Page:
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Jack Howrath


Jack A. Howarth

Professor Emeritus of Veterinary Medicine

UC Davis

1922 – 2006


Jack A. Howarth died in his home, in Davis, on November 16, 2006. Dr. Howarth, an internationally recognized authority on infectious diseases of livestock, was a highly respected veterinary clinician, a gifted teacher, and a valued advisor on disease control to the United States and numerous foreign governments.


Jack was born in Manhattan, Kansas, where his father was enrolled in a veterinary school. Jack grew up in Davis and graduated from Davis High School in 1940. He completed his pre-veterinary education at UC Davis and graduated from Colorado State University with a D.V.M. degree in 1944. After a stint in the United States Army and a year in practice, he returned to UC Davis where his father, John A. Howarth, was an extension veterinarian in the Department of Veterinary Science, and enrolled for graduate study in the newly established School of Veterinary Medicine. K. F. Meyer a renowned scientist of the Hooper Foundation, UC San Francisco Medical Center was Jack’s graduate studies mentor. In 1950, Jack was awarded the Ph.D. degree in comparative pathology.


Dr. Howarth was appointed to the founding faculty of the School of Veterinary Medicine, UC Davis in 1950, and served as an ambulatory clinician until 1972. His area of special clinical interest was infectious diseases with an emphasis on swine diseases and their control. He was a demanding, but highly effective and much admired teacher with the ability to show students how basic principles of microbiology, immunology, epidemiology, and ecology relate to practical disease control strategies and methodologies. He was the author of the book, “A Manual of Infectious Diseases,” a primary text for veterinary students for many years. He taught a course on the principles of animal hygiene and disease control to general campus students and a graduate course on the diagnosis and control of foreign animal diseases.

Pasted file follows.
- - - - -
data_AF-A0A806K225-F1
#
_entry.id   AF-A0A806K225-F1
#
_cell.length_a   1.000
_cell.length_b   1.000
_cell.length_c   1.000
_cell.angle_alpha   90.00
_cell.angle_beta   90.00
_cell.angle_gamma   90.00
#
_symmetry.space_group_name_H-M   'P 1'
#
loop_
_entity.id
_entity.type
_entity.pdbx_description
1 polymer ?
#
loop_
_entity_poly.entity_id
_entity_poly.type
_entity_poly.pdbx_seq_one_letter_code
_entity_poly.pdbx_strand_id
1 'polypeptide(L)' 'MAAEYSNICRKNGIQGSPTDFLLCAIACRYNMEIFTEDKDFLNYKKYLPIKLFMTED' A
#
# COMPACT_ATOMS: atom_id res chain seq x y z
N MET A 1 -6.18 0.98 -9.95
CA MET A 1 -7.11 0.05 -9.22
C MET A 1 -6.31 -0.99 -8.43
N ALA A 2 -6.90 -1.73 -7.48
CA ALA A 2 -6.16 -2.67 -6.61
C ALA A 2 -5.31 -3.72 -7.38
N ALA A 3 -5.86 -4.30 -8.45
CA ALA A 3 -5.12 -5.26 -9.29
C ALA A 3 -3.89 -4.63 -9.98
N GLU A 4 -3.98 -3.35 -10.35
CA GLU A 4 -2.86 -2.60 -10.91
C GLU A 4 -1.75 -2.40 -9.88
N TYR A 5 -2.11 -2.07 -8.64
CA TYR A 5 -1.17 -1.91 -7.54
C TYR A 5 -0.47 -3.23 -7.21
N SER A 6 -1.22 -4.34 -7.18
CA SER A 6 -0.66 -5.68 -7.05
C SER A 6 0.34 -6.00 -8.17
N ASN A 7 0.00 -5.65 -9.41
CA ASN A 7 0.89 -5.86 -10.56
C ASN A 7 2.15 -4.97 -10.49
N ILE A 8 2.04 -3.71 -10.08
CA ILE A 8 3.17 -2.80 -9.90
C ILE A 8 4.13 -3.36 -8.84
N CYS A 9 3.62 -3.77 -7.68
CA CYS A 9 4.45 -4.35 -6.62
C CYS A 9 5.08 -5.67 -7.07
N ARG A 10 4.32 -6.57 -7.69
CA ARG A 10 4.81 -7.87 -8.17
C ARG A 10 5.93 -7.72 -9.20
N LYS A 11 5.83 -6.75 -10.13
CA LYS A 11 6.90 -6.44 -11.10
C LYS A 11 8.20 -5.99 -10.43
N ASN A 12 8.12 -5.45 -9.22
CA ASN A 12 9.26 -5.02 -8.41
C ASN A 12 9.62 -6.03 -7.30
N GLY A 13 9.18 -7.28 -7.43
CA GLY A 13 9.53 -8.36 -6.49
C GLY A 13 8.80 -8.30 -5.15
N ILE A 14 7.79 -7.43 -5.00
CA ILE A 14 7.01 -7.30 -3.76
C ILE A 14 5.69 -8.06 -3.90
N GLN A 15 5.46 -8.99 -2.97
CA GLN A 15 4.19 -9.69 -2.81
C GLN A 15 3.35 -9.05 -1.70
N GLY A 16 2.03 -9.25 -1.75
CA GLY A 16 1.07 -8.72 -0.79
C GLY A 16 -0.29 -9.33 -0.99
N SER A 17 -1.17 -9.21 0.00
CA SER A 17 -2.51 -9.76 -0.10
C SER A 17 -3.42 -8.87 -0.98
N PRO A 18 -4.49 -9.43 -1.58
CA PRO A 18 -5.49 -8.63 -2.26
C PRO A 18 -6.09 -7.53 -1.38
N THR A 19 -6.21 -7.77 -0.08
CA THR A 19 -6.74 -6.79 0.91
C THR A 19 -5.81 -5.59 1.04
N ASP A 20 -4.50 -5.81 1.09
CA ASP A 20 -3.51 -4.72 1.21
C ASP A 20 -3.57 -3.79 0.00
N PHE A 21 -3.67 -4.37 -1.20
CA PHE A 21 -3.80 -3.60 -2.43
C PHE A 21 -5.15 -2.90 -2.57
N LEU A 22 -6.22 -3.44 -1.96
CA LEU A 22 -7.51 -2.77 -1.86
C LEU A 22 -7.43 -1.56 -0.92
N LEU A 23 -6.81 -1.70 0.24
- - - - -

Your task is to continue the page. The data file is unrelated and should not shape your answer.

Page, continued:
Dr. Howarth conducted research and made important contributions to the control of numerous infectious diseases of livestock including infectious keratitis, leptospirosis, bovine anaplasmosis, epizootic bovine abortion, Nairobi sheep disease, enteroviruses, pseudorabies, and equine rhinopneumonitis. He was the co-author of a paper reporting a study that established that anaplasmosis in cattle was spread naturally by ticks.


Jack’s interests and expertise took him too many countries of the world as a consultant or researcher on infectious livestock diseases. He was a member of a five man team organized by the United States Agency for International Development and the government of Uganda to help increase the livestock production in that country. He returned to Uganda several times including a sabbatical year during which he established a tissue culture laboratory at the Virus Research Institute in Entebbe that studied the virus of Nairobi sheep disease. This work led to the development of a serological diagnostic test and immunizing procedures that were instrumental in the control of this important disease throughout Africa. In addition, Dr. Howarth advised the disease control officials of Uganda, Kenya, and Tanzania on control strategies and lectured at Makerere University in Kampala, Uganda, and at the University of Nairobi, Kenya.


Dr. Howarth also worked with numerous South American countries on programs to enhance their ability to conduct research, improve diagnostic capability and to control infectious diseases of livestock. He was a frequent visitor to Brazil where he advised the government on all aspects of research on infectious diseases, and their diagnosis and control. He played a key role in the establishment of a national veterinary research arm in EMBRAPA, the national agricultural research organization in Brazil. Jack spent six months at the Faculty of Veterinary Medicine, Universidade Federal de Minas Gerais, Brazil where he engaged in teaching, diagnostics and research. His influence also extended to Venezuela, Trinidad, Guyana, Suriname, Barbados, Puerto Rico, Dominican Republic, Haiti, and Jamaica. He was honored by both Brazil and Venezuela for his work.


Because of his extensive knowledge about many infectious diseases of livestock not present in the Unite States, and his hands-on experience with many such diseases where they are throughout the world, United States Department of Agriculture (USDA) veterinarians, frequently sought Dr. Howarth’s advise on strategies to protect domestic livestock from potentially devastating exotic infections. Thus, he was a valuable national resource in this country’s efforts to protect its livestock industry, the food supply and people from dangerous foreign animal diseases. His worldwide perspective of animal disease and his international experience contributed significantly to Dr. Howarth’s effectiveness as a teacher.


Dr. Howarth retired from the University of Davis in 1984, but continued to work as a consultant in the international arena. In his private life, Jack was an avid outdoorsman with a particular love of duck hunting. He was a skilled craftsman; and he built or remodeled the homes in which he resided in. He is survived by his wife Chris; his daughters, Linda Gotfriedson and Shirley Lippis; sons Jack and William and his wife Julie; his sister Dolores Julian Rouard; and stepsons Darrell Padon and his wife Heather, and Jerry Padon and his wife Linda; and five grandchildren.


Murray E. Fowler

William R. Pritchard

Edward D. Rhode